Police abductions, sometimes carried out by mercenaries in civilian clothes, were usually combined with beatings, tortures, and sometimes public torture. In at least one known case (and there may be more cases given the fact that as of today about a dozen people are still considered missing) the kidnapping lead to the death of the victim.
On January 21 “unidentified civilians” kidnapped two wounded activists, Ihor Lutsenko and Yuri Verbytsky straight from the hospital. Ihor Lutsenko survived and was released later. He reported: “First, they questioned us both together using force, then they separated us and took each to a different location in the forest where they continued separately. I just heard that they pressured Juri very hard (…) All this lasted for about forty minutes to an hour. Then they put bags on our heads, loaded us back into the bus and drove off somewhere else.” On January 22 Yuri Verbytsky’s body was found with signs of brutal tortures near the village of Hnidyn outside of Kyiv.
On January 22 outside of Kyiv the “Berkut” special police unit detained six students of the Theater University as they were returning from Maidan. Then, as in the previous case, one of them was released. Mykhailo Nyskohuz, a 17- year-old student, reported that he was tortured and humiliated: stripped naked, chased through a gauntlet of soldiers, beaten, forced to sing the anthem in the snow, had his buttocks cut with a knife.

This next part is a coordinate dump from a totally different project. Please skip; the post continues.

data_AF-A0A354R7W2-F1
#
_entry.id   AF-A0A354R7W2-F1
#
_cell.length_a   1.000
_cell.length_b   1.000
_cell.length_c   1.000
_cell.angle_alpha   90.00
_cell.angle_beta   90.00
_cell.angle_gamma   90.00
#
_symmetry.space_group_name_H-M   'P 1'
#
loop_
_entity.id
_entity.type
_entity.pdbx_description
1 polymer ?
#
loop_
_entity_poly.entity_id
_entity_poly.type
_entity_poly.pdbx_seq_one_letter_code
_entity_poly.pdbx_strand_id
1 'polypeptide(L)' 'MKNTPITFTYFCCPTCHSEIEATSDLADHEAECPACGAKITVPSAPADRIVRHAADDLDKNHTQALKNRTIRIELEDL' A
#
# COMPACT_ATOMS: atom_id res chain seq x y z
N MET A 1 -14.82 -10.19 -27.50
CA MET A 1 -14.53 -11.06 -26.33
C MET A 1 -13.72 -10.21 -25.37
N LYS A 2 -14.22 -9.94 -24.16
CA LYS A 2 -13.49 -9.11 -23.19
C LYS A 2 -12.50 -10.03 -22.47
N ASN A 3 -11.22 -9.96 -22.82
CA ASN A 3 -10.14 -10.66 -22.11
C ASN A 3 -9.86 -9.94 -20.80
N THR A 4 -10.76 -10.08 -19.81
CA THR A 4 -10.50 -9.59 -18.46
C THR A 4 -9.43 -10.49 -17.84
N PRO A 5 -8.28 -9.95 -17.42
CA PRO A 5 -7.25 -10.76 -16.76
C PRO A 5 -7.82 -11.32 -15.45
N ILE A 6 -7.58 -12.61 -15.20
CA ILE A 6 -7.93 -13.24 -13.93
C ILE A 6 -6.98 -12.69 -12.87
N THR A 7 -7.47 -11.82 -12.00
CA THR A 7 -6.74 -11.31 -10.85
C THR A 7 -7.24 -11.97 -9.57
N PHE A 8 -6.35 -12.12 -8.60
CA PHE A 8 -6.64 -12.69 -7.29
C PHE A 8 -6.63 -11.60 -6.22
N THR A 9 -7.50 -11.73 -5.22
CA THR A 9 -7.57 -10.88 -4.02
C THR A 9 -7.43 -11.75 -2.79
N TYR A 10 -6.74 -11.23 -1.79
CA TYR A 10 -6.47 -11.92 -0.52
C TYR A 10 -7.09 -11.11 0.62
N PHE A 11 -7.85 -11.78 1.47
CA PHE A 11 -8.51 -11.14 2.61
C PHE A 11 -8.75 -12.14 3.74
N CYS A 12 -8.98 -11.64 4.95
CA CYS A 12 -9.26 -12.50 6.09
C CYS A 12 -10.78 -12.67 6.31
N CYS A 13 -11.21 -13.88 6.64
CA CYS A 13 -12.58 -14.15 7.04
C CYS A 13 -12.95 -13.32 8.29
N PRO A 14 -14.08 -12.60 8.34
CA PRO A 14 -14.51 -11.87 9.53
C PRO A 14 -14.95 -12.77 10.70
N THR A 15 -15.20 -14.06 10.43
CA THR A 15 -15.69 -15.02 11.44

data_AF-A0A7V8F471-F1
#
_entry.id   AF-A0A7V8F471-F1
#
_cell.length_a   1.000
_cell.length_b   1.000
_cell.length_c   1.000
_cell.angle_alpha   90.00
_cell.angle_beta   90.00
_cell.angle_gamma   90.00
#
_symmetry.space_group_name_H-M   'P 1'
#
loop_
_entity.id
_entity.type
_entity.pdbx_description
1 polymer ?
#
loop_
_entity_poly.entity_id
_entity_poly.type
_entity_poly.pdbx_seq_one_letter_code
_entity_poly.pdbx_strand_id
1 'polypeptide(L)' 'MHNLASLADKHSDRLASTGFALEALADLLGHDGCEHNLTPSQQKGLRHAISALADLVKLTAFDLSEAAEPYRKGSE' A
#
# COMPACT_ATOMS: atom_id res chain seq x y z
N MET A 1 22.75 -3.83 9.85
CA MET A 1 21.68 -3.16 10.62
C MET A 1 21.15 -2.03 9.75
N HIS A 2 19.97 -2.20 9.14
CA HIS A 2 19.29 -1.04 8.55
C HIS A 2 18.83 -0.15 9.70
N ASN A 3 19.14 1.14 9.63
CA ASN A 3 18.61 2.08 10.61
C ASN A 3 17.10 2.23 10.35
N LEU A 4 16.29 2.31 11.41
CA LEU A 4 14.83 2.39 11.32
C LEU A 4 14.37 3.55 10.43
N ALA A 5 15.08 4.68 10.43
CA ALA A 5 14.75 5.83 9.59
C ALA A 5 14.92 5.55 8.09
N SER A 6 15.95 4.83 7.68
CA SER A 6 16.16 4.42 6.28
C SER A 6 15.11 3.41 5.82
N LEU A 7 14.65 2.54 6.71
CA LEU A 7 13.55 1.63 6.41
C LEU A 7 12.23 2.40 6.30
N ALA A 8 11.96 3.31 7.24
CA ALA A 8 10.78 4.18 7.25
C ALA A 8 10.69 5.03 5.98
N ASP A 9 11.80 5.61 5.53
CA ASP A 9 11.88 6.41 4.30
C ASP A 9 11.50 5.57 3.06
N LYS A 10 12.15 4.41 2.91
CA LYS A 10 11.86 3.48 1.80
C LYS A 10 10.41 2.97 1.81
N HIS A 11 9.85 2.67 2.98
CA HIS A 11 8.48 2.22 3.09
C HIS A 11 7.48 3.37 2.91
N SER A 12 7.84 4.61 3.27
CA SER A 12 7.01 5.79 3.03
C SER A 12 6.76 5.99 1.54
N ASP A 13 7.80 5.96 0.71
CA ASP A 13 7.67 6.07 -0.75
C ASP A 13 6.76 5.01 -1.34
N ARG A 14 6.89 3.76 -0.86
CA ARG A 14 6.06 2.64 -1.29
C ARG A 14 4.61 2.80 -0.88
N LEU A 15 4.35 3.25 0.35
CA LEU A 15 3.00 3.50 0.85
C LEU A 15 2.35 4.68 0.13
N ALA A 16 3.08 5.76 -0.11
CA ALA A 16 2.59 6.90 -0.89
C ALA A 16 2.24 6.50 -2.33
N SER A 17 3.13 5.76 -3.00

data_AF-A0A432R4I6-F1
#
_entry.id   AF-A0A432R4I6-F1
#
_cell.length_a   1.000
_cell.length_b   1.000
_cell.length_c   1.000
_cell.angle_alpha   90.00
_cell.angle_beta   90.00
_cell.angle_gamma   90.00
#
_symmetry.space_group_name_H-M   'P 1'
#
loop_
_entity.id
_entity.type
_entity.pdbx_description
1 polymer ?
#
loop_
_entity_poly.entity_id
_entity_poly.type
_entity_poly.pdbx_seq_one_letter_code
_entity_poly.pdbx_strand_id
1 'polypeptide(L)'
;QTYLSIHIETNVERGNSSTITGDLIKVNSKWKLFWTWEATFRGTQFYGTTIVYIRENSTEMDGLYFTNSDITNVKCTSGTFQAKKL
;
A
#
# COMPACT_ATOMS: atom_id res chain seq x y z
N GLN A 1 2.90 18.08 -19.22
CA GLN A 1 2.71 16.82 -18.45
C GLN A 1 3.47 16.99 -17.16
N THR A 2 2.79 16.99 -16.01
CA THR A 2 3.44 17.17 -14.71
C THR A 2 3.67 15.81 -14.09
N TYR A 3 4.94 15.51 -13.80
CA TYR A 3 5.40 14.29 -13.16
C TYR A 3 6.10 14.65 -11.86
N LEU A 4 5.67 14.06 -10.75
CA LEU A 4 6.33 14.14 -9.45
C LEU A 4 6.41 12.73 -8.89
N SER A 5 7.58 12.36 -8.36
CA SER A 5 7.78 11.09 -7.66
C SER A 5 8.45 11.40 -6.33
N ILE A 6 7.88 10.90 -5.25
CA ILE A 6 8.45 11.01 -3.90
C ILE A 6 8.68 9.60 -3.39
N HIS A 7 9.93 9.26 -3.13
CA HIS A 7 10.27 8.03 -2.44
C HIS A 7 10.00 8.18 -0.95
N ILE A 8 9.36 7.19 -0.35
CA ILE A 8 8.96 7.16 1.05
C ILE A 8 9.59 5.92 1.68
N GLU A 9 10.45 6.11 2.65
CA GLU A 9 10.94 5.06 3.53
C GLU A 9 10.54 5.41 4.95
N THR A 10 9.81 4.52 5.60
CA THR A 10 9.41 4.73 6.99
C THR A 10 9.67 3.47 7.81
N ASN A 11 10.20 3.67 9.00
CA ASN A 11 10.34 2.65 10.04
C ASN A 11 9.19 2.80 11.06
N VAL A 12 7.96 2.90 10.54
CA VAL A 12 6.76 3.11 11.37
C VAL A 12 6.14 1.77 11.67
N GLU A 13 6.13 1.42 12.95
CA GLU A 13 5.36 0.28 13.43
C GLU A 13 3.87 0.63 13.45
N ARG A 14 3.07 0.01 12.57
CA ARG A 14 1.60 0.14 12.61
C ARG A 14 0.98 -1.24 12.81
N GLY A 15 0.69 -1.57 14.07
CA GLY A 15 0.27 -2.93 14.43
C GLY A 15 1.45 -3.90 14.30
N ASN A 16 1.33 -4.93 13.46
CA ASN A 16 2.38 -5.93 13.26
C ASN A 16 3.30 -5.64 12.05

On January 23 security forces detained Alexander Kravtsov, a member of the so-called AutoMaidan (the protest movement of motorists). He provided a similar account of public humiliation and stripping victims naked in the below-freezing temperatures: “[They] attacked us, smashed cars, brought us to the Mariinsky Park, (…) stripped, forced to stay kneeled in the snow for half an hour … There were approximately 17 of us. ”
Especially disparaging public tortures were perpetrated against Mykhaylo Hawryluk, an activist, who was detained by the police on January 23. Dozens of security forces personnel participated in torturing him as they recorded it on the video, so that the incident gained significant publicity in the media. Mykhaylo Hawryluk reported: “They beat me up while I was on the ground. All who wished would ran up to me, skipped on my head with their feet, and took photographs. Having stripped me naked, they started doing with my head what soccer players do with a ball. They posed as if they were heroes in front of the photo camera taking turns to shoot each other, putting their feet on my naked body while I was lying on the ground. ”